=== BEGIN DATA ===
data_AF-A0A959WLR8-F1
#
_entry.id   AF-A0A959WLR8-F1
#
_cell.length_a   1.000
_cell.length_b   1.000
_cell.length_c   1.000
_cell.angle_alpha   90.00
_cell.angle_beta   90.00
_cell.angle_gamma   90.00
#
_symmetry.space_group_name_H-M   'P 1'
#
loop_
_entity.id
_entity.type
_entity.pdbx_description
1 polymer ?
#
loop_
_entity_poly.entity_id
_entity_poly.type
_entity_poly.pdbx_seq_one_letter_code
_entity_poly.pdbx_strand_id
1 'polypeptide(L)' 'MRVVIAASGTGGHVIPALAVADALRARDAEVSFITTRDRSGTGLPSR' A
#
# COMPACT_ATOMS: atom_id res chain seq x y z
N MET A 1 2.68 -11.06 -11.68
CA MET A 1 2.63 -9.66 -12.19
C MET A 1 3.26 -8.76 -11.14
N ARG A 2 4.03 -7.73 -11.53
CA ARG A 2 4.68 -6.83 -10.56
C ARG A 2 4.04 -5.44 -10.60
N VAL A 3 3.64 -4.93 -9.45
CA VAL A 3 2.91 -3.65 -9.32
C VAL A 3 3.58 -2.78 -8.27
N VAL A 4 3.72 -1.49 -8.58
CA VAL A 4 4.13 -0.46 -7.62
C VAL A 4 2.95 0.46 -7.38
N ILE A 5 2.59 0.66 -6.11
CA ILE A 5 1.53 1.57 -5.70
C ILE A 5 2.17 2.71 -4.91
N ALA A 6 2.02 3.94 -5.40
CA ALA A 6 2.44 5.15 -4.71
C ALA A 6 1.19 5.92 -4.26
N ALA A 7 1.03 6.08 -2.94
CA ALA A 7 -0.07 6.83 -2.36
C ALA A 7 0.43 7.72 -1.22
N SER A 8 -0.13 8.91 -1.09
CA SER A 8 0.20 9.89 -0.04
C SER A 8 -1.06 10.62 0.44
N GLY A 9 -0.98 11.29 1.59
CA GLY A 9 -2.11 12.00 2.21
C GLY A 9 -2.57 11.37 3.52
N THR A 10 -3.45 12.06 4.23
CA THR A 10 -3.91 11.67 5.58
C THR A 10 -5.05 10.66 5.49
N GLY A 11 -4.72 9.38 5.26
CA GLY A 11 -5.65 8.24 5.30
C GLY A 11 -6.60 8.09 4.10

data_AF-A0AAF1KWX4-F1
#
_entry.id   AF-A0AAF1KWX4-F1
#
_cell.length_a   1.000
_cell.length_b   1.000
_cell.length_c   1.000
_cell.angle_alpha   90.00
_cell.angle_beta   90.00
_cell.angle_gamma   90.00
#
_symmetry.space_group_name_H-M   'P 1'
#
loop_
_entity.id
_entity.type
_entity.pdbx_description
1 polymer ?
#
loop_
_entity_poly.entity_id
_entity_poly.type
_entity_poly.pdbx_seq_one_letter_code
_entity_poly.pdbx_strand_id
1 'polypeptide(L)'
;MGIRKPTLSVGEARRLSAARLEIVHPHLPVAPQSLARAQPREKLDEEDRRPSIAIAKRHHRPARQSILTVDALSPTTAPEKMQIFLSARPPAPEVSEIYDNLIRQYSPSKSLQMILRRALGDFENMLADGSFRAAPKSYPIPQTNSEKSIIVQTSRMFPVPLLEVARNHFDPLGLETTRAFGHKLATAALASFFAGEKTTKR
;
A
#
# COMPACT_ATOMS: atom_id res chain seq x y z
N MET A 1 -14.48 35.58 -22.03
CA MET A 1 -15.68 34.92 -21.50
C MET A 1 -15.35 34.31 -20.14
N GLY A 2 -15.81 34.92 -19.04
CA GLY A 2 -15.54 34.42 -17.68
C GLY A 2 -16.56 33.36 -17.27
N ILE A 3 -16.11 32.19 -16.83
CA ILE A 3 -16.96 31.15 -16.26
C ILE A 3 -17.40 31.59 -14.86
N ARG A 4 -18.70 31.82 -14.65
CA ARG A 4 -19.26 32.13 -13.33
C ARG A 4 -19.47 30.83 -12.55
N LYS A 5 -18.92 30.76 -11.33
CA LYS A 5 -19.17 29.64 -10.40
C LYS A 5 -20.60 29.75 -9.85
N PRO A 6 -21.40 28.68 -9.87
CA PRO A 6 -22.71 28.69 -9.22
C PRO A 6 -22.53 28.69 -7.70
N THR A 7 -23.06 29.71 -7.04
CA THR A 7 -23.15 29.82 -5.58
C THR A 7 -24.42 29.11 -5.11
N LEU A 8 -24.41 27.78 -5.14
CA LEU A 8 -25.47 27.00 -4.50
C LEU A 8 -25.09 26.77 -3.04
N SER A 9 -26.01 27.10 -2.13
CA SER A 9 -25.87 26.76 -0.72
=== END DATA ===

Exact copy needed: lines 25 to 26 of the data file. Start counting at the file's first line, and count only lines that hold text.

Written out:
1 'polypeptide(L)' 'MRVVIAASGTGGHVIPALAVADALRARDAEVSFITTRDRSGTGLPSR' A
#